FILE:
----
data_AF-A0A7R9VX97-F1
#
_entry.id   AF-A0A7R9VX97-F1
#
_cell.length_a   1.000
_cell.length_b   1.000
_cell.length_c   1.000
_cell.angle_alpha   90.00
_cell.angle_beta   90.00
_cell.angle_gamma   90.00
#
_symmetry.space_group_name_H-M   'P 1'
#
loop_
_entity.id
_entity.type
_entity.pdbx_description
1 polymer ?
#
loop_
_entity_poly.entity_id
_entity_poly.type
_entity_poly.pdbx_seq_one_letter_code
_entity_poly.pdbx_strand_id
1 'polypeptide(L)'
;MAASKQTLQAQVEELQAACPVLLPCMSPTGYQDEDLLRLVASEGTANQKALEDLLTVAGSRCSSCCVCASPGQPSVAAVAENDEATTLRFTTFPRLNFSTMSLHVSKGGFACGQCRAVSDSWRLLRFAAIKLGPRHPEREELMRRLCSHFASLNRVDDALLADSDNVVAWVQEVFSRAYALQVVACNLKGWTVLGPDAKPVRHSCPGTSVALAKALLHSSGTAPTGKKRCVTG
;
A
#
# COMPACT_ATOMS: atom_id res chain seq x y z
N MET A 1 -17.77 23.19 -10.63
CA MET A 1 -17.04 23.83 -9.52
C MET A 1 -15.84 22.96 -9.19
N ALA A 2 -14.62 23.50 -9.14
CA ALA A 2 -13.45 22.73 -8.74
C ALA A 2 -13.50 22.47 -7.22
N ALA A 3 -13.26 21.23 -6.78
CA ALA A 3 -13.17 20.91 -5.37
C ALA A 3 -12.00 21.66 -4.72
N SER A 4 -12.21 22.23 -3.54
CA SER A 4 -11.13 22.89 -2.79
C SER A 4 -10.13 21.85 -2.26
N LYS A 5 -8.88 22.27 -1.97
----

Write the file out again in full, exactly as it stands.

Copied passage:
data_AF-A0A7R9VX97-F1
#
_entry.id   AF-A0A7R9VX97-F1
#
_cell.length_a   1.000
_cell.length_b   1.000
_cell.length_c   1.000
_cell.angle_alpha   90.00
_cell.angle_beta   90.00
_cell.angle_gamma   90.00
#
_symmetry.space_group_name_H-M   'P 1'
#
loop_
_entity.id
_entity.type
_entity.pdbx_description
1 polymer ?
#
loop_
_entity_poly.entity_id
_entity_poly.type
_entity_poly.pdbx_seq_one_letter_code
_entity_poly.pdbx_strand_id
1 'polypeptide(L)'
;MAASKQTLQAQVEELQAACPVLLPCMSPTGYQDEDLLRLVASEGTANQKALEDLLTVAGSRCSSCCVCASPGQPSVAAVAENDEATTLRFTTFPRLNFSTMSLHVSKGGFACGQCRAVSDSWRLLRFAAIKLGPRHPEREELMRRLCSHFASLNRVDDALLADSDNVVAWVQEVFSRAYALQVVACNLKGWTVLGPDAKPVRHSCPGTSVALAKALLHSSGTAPTGKKRCVTG
;
A
#
# COMPACT_ATOMS: atom_id res chain seq x y z
N MET A 1 -17.77 23.19 -10.63
CA MET A 1 -17.04 23.83 -9.52
C MET A 1 -15.84 22.96 -9.19
N ALA A 2 -14.62 23.50 -9.14
CA ALA A 2 -13.45 22.73 -8.74
C ALA A 2 -13.50 22.47 -7.22
N ALA A 3 -13.26 21.23 -6.78
CA ALA A 3 -13.17 20.91 -5.37
C ALA A 3 -12.00 21.66 -4.72
N SER A 4 -12.21 22.23 -3.54
CA SER A 4 -11.13 22.89 -2.79
C SER A 4 -10.13 21.85 -2.26
N LYS A 5 -8.88 22.27 -1.97